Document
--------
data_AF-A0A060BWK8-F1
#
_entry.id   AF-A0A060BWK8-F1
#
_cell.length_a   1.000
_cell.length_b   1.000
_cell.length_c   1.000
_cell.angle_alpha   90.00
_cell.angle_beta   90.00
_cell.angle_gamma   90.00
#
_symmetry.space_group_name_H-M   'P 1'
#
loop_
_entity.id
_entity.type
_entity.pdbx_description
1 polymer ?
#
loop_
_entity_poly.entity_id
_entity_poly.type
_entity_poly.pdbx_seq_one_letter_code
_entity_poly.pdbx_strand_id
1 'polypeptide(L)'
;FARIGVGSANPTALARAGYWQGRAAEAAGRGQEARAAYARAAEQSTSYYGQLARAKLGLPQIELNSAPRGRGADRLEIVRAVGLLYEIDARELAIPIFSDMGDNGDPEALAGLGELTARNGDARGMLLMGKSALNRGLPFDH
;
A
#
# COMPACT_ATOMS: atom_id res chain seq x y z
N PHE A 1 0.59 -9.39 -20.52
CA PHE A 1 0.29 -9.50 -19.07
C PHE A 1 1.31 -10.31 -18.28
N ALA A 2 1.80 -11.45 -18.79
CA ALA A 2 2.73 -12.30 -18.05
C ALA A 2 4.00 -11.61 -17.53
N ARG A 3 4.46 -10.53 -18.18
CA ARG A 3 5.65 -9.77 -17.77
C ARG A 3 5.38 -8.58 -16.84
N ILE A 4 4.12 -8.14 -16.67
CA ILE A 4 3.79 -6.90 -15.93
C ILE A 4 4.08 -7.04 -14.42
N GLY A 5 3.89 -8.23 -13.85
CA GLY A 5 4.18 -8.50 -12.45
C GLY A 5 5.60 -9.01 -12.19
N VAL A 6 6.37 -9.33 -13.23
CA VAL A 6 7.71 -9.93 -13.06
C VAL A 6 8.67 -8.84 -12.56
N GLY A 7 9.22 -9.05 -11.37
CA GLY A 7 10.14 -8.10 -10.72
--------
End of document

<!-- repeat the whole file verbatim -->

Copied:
data_AF-A0A060BWK8-F1
#
_entry.id   AF-A0A060BWK8-F1
#
_cell.length_a   1.000
_cell.length_b   1.000
_cell.length_c   1.000
_cell.angle_alpha   90.00
_cell.angle_beta   90.00
_cell.angle_gamma   90.00
#
_symmetry.space_group_name_H-M   'P 1'
#
loop_
_entity.id
_entity.type
_entity.pdbx_description
1 polymer ?
#
loop_
_entity_poly.entity_id
_entity_poly.type
_entity_poly.pdbx_seq_one_letter_code
_entity_poly.pdbx_strand_id
1 'polypeptide(L)'
;FARIGVGSANPTALARAGYWQGRAAEAAGRGQEARAAYARAAEQSTSYYGQLARAKLGLPQIELNSAPRGRGADRLEIVRAVGLLYEIDARELAIPIFSDMGDNGDPEALAGLGELTARNGDARGMLLMGKSALNRGLPFDH
;
A
#
# COMPACT_ATOMS: atom_id res chain seq x y z
N PHE A 1 0.59 -9.39 -20.52
CA PHE A 1 0.29 -9.50 -19.07
C PHE A 1 1.31 -10.31 -18.28
N ALA A 2 1.80 -11.45 -18.79
CA ALA A 2 2.73 -12.30 -18.05
C ALA A 2 4.00 -11.61 -17.53
N ARG A 3 4.46 -10.53 -18.18
CA ARG A 3 5.65 -9.77 -17.77
C ARG A 3 5.38 -8.58 -16.84
N ILE A 4 4.12 -8.14 -16.67
CA ILE A 4 3.79 -6.90 -15.93
C ILE A 4 4.08 -7.04 -14.42
N GLY A 5 3.89 -8.23 -13.85
CA GLY A 5 4.18 -8.50 -12.45
C GLY A 5 5.60 -9.01 -12.19
N VAL A 6 6.37 -9.33 -13.23
CA VAL A 6 7.71 -9.93 -13.06
C VAL A 6 8.67 -8.84 -12.56
N GLY A 7 9.22 -9.05 -11.37
CA GLY A 7 10.14 -8.10 -10.72